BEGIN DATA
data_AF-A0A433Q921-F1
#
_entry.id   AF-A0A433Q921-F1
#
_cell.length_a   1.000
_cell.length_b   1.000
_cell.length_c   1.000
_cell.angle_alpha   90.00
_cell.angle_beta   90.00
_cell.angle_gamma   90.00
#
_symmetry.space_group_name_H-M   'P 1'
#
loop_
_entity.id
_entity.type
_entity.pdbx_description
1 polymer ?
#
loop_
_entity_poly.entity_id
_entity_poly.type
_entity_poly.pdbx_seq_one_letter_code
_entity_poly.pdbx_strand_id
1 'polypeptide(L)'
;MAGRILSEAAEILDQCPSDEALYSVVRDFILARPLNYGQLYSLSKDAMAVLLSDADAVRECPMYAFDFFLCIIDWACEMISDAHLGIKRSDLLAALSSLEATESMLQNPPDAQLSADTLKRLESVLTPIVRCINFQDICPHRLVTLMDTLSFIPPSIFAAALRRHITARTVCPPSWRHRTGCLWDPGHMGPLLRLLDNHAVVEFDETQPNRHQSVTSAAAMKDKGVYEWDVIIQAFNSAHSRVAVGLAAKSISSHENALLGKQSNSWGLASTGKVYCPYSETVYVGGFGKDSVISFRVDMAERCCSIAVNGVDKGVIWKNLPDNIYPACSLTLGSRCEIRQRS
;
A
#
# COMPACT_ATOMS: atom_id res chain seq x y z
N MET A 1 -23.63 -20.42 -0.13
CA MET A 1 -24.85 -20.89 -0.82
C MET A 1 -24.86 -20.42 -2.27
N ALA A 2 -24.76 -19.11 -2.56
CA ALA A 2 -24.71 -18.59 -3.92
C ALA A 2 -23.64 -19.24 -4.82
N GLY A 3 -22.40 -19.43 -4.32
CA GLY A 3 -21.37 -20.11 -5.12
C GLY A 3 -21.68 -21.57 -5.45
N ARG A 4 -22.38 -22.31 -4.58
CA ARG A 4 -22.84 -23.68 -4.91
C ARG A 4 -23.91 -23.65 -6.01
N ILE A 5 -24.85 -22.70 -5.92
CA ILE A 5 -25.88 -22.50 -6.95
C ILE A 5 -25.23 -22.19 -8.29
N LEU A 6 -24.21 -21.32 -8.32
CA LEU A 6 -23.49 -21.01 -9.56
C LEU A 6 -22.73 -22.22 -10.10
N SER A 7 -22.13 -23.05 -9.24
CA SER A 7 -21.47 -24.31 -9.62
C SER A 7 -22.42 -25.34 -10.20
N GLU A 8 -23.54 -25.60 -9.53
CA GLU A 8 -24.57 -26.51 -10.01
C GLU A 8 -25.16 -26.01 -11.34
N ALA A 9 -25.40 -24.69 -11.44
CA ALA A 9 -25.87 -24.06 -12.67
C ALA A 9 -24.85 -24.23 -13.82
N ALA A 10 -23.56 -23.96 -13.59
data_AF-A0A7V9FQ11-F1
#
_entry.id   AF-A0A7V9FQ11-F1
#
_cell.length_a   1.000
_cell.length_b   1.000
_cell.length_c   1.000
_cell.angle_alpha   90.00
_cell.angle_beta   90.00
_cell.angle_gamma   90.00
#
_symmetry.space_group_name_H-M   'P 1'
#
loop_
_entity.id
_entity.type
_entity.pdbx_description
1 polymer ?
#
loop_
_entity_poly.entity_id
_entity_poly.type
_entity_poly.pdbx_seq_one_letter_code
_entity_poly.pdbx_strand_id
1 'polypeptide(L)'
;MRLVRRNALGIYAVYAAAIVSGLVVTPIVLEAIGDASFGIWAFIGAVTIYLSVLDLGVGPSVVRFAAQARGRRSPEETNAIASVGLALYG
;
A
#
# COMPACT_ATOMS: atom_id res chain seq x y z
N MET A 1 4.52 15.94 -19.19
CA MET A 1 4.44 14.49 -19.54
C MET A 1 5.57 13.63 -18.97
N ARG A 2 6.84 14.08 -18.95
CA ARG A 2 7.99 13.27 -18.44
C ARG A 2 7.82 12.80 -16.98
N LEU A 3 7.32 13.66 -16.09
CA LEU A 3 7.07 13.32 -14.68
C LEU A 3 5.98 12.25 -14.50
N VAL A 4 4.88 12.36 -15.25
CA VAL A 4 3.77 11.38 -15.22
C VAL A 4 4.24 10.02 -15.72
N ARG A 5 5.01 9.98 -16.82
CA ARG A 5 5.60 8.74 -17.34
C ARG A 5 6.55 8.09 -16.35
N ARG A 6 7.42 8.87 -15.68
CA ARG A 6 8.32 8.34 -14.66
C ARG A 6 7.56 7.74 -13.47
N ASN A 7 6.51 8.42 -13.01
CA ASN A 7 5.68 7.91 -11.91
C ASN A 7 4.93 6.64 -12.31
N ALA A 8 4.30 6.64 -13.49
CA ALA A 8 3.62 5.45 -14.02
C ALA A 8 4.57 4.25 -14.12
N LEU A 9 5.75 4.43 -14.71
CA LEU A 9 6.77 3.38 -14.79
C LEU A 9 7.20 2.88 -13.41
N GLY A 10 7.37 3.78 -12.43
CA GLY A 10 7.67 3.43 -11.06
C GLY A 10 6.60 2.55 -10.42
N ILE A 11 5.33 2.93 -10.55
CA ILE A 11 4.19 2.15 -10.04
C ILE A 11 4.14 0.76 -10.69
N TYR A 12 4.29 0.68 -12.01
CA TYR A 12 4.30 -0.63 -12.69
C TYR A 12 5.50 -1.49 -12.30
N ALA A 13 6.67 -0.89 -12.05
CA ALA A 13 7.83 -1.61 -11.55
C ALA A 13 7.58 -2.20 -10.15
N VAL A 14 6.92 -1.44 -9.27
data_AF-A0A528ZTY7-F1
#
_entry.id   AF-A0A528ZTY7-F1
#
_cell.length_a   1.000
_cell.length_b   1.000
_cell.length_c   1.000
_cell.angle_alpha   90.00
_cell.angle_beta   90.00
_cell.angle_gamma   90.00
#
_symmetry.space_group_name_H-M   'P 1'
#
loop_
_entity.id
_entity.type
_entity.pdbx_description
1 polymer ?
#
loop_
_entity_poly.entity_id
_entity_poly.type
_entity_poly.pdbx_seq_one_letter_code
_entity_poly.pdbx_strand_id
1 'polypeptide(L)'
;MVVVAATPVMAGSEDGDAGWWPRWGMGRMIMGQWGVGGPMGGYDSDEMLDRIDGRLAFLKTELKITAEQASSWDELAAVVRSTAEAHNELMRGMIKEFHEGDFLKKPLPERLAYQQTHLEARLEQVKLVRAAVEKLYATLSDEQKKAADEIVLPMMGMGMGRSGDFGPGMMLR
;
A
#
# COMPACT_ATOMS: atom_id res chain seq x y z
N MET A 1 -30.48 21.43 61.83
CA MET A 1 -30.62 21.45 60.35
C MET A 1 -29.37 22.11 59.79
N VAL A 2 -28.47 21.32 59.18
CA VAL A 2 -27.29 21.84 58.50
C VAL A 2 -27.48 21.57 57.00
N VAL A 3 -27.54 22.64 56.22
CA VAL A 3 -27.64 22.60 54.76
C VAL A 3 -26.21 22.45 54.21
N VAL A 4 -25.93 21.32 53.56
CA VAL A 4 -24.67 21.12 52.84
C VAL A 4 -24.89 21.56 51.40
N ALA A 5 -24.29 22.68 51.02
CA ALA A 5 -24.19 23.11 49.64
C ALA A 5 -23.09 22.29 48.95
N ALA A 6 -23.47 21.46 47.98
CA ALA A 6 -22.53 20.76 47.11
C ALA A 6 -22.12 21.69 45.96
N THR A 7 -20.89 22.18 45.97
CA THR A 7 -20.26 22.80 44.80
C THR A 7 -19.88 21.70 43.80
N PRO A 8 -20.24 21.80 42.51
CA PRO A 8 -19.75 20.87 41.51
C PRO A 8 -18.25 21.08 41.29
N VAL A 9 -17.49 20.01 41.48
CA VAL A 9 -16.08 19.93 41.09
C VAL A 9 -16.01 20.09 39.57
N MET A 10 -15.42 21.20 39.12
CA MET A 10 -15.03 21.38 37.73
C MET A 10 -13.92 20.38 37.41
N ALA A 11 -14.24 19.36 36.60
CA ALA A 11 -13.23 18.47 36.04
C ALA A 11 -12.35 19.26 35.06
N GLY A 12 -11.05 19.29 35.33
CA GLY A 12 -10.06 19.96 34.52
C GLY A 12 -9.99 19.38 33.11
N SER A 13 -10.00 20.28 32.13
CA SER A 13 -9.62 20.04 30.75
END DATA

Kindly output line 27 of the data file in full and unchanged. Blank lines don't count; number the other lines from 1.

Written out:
;